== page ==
In every tragedy, the institution of the family is essential in producing the desired tragic effects of fear and pity. This is true because the family experience is common to all humanity, as every man is a son and every woman a daughter, and may also perhaps be a husband or a wife, aunt or uncle, cousin or grandparent. The family is a profound mystery in which there is some inherent, deep connection that runs through blood lines and fundamentally ties children to their parents.
By cutting short the life of children in tragedies-whether by infanticide or some other means-tragedians take their spectators to the common ground of family and slowly break it apart before their eyes. Aeschylus in the Agamemnon, Euripides in The Bacchae, and Sam Shepard in Buried Child all use the death of children to produce the tragic effects of fear and pity.
Aeschylus creates an atmosphere of inescapability and a cycle of murder and retribution through Agamemnon’s sacrifice of Iphigenia, his infant daughter. Although the plot of this tragedy is built around the murder of Agamemnon, there are many allusions to the causes as to why Clytemnestra would seek to destroy her husband. Behind every act of revenge there is an initial cause, and I would argue that Clytemnestra’s act of violence comes as retribution for the sacrifice of Iphigenia.
The cause for the breakdown of the family in this text is therefore the result of a sacrificed child. The very fact of a father murdering his own child on behalf of a god should instill fear in us, and there is a small voice inside of us that mourns for the loss of a life so young and so innocent. Aeschylus relies on this past fact to concoct the plot of cyclical destruction of this family.
Because Agamemnon has taken the life of his child, Clytemnestra takes justice into her own hands and kills him, and because she has killed his father, Orestes then proceeds to kill Clytemnestra, his own mother. In this way, there is a real sense of the inescapability of your own family, and that past sins within the family will eternally haunt future generations of this blood line.
Consequently, we feel fear that perhaps the past sins of our family will at some point be carried out in our own lives, and pity for the loss of an innocent life that has received an undeserved fate. We are not completely sympathetic to any of these flawed characters, but we care deeply for the inescapable trap of fate in which they are so precariously entangled. In this way, the sacrificed child is the beginning of a cycle of inevitable death.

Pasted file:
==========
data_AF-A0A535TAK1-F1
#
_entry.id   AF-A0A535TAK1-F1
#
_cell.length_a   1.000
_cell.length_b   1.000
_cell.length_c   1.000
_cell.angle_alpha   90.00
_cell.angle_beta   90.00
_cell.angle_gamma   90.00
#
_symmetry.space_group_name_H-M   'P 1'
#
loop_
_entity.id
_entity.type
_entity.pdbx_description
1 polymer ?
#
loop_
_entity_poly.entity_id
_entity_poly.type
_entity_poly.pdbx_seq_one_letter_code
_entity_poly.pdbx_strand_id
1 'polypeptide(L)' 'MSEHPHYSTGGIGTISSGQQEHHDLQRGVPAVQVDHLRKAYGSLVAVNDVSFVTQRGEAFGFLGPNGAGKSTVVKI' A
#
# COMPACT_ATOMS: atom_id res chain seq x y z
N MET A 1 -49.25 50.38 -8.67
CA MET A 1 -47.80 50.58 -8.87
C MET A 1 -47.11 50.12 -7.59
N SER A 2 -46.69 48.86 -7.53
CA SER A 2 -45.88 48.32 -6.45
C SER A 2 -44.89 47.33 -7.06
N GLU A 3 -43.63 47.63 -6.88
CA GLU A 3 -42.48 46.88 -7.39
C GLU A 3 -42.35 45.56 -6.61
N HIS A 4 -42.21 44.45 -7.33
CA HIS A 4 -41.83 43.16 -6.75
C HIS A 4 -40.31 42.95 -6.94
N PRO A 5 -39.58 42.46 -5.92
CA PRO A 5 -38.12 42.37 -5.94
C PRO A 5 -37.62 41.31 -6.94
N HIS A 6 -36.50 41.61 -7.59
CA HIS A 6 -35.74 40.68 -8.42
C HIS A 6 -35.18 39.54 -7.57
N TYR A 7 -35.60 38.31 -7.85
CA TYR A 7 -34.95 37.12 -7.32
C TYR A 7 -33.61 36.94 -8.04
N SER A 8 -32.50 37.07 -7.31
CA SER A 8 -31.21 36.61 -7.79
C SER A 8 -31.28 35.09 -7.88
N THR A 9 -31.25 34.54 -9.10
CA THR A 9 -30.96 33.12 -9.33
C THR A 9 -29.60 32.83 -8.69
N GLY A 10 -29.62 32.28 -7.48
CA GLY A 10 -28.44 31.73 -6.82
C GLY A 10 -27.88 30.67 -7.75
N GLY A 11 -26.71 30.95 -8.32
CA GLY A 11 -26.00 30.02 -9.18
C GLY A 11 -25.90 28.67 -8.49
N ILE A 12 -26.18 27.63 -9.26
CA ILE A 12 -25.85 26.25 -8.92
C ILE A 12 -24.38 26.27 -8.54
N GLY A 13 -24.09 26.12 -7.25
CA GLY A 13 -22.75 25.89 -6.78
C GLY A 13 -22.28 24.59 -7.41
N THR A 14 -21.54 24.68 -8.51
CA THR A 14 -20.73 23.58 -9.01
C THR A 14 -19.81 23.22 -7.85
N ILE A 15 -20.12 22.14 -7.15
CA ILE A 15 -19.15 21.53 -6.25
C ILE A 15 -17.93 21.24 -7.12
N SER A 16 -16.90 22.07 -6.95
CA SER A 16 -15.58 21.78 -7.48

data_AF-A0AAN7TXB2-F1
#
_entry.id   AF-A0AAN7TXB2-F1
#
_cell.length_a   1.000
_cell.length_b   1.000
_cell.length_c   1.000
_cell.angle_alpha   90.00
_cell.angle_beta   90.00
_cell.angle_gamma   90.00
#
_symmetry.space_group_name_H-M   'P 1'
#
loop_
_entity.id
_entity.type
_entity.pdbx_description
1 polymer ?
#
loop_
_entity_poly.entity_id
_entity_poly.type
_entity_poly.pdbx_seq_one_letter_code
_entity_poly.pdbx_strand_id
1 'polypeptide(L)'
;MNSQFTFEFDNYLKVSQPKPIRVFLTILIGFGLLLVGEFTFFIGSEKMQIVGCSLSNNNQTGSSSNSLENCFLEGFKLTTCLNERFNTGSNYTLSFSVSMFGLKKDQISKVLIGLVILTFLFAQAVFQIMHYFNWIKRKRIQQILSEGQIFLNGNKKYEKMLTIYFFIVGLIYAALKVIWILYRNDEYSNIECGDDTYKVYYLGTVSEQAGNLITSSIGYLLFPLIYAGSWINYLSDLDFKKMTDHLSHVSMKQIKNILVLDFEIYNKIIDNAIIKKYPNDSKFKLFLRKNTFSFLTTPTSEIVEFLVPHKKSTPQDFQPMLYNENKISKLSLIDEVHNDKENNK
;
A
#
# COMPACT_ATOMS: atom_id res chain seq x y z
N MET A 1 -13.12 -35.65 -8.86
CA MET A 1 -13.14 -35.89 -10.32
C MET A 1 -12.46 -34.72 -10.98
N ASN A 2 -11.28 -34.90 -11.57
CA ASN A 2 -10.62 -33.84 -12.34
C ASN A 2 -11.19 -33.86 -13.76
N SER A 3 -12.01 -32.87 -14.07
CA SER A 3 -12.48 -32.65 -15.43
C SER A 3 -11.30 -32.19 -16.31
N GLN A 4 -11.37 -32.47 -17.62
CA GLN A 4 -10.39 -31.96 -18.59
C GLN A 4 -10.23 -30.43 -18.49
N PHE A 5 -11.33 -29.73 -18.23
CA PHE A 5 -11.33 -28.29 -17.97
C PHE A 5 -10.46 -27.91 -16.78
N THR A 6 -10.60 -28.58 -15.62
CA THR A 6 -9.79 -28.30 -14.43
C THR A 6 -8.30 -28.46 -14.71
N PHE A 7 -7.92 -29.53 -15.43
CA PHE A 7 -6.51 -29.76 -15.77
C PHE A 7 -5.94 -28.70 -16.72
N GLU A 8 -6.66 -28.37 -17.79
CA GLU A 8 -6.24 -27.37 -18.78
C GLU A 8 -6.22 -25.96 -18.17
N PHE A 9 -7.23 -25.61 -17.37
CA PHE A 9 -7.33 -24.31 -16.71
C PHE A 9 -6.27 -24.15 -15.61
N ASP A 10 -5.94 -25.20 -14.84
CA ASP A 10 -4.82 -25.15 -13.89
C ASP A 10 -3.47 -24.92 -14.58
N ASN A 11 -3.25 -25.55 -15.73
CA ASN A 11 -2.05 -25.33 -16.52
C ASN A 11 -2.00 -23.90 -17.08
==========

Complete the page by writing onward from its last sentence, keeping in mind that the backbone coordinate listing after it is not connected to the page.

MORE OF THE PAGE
Euripides in The Bacchae likewise uses the murder of Pentheus by his own mother to instill fear and pity. Pentheus, the young ruler of Thebes who stands against Dionysian worship and the Maenads-of whom his mother is one-in the end is beheaded and mutilated by his own bacchante mother. Euripides establishes that we are neither to like Pentheus nor to appreciate his zeal, and we are meant to expect a certain amount of retribution for his impious actions.
However, when we see that it is ultimately his own mother who carries his head into town on a stick for all to see, we are pierced by the familial violence. We do not feel that Pentheus suffers a proportionate amount in regards to his impiety, but rather instead we are sickened by the breakdown of the mother-son relationship and the result which is a god-possessed mother beheading her only son. We definitely pity Pentheus for the injustice served him, and we even fear that perhaps our own families could be broken apart by differing religious views. In the end, Euripides achieves the tragic effect by showing us a mother weeping, holding the head of her decapitated son.
Shepard in Buried Child, much like the previous two, follows the tradition of deceased children by presenting a dysfunctional family with a small secret buried in the back yard. Shepard throughout the drama alludes to some scandal, some family secret, that has made the family into what it is, the cause behind their dysfunction. Much like the Agamemnon, Buried Child refers to a hidden past act that continues to influence the present. The drama builds to a point at which the secret is finally revealed, and we find that incest and infanticide go hand in hand in explaining its origins. Dodge murdered the child-who was the result of incest between Tilden and Halie-and buried it in the back yard.
The breakdown of family is once again evident as a perpetuator of the tragic effects of fear and pity, and a similar cyclical inescapability of the past adds to the sentiment. As Vince receives the house as his inheritance, we find that he will continue in the footsteps of his kin, which is at the same time a feeling we can recognize, and an action that we utterly fear will happen to us. The buried child in the back yard is representative of the loss of innocence and a pervasive deadness in the entire family, and as Vince picks up where Dodge left off, we foresee the inevitable pattern of death in the future and a part deep inside of us pities that damnable road and fears that we area already treading it.
Dead children seem to play a significant role in contributing to the tragic effects of fear and pity. Through these murders, we the conscientious readers can see the utter inescapability of the breakdown of family and witness the inevitable passage of the traits of dysfunctional parenthood into our own lives, and by playing to that haunting truth, each dramatist achieves the tragic effect.